It appears that state governments and newly elected and appointed federal officials seem to be at an impasse when it comes to marijuana laws. Newly appointed Attorney General, Jeff Sessions - who has a history of being a staunch opponent of legalized marijuana and being a big proponent of marijuana enforcement on a federal level - recently commented that - "States ... can pass the laws they choose. I would just say it does remain a violation of federal law to distribute marijuana throughout any place in the United States, whether a state legalizes it or not.” Not only has Sessions continually made statements echoing anti-marijuana sentiments, but he has also more than implied a possibility of future federal crackdowns in states with legal marijuana programs in a Reagan like manner. In fact, even more recently, new Press Secretary Sean Spicer furthered these sentiments when he told reporters at a news conference that the administration had no plans to continue the Obama administration’s permissive approach in states that have legalized marijuana for recreational use.
Statements like the ones above along with the anti-marijuana attitudes of those within the Trump administration have frustrated entrepreneurs and citizens alike who voted to legalize marijuana in their respective states. Ironically, these attitudes undermine the long standing precedent of states rights that conservatives like Sessions have a history of fought for so furiously. Many times in the past we have seen states act as so-called “laboratories of democracy” - a phrase coined by U.S. Supreme Court Justice Louis Brandeis in the famous 1932 New State Ice Co. v. Liebmann case - that act according to their citizens wishes and “try novel social and economic experiments without risk to the rest of the country.” While it seems that historical and legal precedent are on the side of the states, if the comments from the Trump administration are any indication of what the future holds for legal cannabis then those in the industry should be worried.
The federal government’s stance alone won’t prove to be the only obstacle for legalized marijuana, especially in California. The sheer size of California in comparison with the other states who have legalized cannabis shows that California faces a much more daunting task when it comes to regulating cannabis businesses than Washington State, Colorado, Massachusetts, or Nevada- who’s combined populations only account for just over half of that of California. Original estimates were that California would start issuing licenses to businesses to sell recreational marijuana by January 1, 2018. However, some lawmakers in the state have expressed major doubt as to whether or not this is a realistic deadline. Last month during a hearing with Legislative Analyst office representatives, California Fiscal Review Committee Chairwoman Sen. Holly Mitchell (D-Los angeles) expressed concern about banks being unwilling to handle marijuana sales revenue since the drug is still illegal under federal law. She believes that this may require license holders to have to rely exclusively on cash transactions to pay state taxes, which in turn might make the state delay their tax collection for marijuana businesses.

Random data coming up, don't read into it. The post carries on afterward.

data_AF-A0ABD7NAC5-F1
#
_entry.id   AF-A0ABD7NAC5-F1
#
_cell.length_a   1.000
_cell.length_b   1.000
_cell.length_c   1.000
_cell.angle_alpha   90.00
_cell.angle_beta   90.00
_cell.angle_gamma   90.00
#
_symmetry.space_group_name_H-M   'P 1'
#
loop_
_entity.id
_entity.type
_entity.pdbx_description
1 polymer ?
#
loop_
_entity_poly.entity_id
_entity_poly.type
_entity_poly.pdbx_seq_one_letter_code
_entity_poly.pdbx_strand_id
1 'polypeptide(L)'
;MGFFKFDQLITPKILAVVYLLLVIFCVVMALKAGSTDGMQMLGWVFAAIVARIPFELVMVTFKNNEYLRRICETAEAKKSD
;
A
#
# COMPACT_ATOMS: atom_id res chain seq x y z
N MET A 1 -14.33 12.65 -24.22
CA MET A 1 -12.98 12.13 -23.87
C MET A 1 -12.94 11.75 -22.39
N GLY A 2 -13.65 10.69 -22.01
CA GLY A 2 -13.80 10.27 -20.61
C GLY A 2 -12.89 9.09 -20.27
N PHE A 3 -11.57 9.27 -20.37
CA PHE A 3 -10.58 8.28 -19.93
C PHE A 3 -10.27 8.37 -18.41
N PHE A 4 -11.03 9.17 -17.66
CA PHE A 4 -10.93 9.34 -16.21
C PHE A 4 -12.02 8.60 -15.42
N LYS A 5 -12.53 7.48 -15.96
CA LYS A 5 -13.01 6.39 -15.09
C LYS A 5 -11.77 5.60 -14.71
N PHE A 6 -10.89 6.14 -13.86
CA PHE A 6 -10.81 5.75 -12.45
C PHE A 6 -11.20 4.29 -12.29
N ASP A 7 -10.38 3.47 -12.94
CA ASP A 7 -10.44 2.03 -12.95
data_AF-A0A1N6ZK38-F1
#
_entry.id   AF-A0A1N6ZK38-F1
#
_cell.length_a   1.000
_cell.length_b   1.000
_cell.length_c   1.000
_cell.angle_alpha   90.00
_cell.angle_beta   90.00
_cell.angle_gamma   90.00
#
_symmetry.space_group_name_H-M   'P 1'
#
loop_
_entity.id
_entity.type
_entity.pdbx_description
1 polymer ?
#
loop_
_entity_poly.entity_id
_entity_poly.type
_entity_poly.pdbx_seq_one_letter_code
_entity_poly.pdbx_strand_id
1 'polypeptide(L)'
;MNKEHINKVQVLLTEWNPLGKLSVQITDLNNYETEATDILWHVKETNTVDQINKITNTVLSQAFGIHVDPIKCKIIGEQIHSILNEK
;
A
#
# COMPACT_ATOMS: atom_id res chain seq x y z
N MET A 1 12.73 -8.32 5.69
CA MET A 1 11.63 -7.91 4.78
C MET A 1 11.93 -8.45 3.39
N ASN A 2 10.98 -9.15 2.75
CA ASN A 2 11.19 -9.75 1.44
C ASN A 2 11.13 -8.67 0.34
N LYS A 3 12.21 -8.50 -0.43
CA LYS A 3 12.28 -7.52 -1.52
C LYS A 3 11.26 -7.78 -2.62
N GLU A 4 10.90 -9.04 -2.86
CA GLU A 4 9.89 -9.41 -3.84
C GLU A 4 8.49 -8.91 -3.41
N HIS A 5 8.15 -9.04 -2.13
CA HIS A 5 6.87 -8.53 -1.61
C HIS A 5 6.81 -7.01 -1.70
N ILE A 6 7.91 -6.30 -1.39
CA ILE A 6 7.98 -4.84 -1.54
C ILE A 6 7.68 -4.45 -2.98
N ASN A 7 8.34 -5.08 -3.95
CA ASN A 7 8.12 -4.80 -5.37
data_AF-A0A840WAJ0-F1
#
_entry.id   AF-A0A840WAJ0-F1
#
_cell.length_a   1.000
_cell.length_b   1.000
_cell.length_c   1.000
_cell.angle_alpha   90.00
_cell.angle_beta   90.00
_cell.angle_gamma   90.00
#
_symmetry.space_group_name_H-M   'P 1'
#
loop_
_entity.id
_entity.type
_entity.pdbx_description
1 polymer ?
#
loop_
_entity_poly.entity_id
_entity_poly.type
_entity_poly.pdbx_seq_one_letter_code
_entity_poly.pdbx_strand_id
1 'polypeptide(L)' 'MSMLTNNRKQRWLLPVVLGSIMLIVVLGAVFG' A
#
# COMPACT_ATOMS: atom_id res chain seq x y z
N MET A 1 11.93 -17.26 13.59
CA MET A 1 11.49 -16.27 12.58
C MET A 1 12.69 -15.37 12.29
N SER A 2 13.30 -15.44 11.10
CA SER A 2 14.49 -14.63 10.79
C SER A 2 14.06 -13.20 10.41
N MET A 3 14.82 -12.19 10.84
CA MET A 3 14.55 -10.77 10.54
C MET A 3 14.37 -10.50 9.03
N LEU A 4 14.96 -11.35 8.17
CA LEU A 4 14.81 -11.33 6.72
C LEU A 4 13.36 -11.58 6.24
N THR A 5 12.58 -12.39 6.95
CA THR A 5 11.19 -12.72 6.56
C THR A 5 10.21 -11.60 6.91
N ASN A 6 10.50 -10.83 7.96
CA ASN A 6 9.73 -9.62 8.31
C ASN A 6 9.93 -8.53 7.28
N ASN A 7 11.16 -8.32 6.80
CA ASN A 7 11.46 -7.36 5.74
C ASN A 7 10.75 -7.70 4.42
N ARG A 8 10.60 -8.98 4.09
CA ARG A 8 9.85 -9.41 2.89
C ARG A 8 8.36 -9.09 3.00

Other concerns from lawmakers are regarding sheer logistics. Some lawmakers, like Sen. Jerry Hill (D-San Mateo) believe that California won’t be able to handle the tens of thousands of requests for licenses that will be coming in. He believes that California may have to implement a provisional licensing system while they process the applications. Therefore with regard to licenses, Sen. Jerry Hill - who also happens to be the chairman of the Senate Business, Professions and Economic Development Committee - says that “there is a considerable amount of skepticism from some of us up here about meeting that deadline.” Sen. Mike McGuire (D-San Rafael) also agrees with these sentiments stating that, “Proposition 64 put a massive requirement on state marijuana regulators and not very much time to accomplish the landslide of rules and regulations mandated by the initiative.. we have to face the facts - its not realistic that all of the Proposition 64 rules and regulations will be in place by the new year.” Even Lori Ajax - chief of the Bureau of Medical Cannabis Regulation which is in charge of providing permits for sellers of recreational cannabis - admitted that “there are a lot of challenges” in the process and that the committee “[will not] be able to grant everyone a license on Jan. 1, 2018.”
Despite, the possibility of delays in licensing in California and the apparent road blocks that might come about from the Trump administration many economists and investors remain optimistic about the future of the cannabis industry. It’s no secret to people versed in the marijuana industry that California is known as “the weed capital of the world.” Not only does California represent 10% of the population of the US, but it also represents the sixth largest economy in the world and it accounts for over half of all current medical marijuana sales in the country. In fact, according to Troy Dayton, the CEO of ArcView market research group, in 2015 California was able to generate around $2.7 billion in cannabis sales, which represents approximately 62% of all medical cannabis sales in the United States. Although these numbers are certainly encouraging, it’s impossible to tell for sure what the future will hold for the cannabis industry.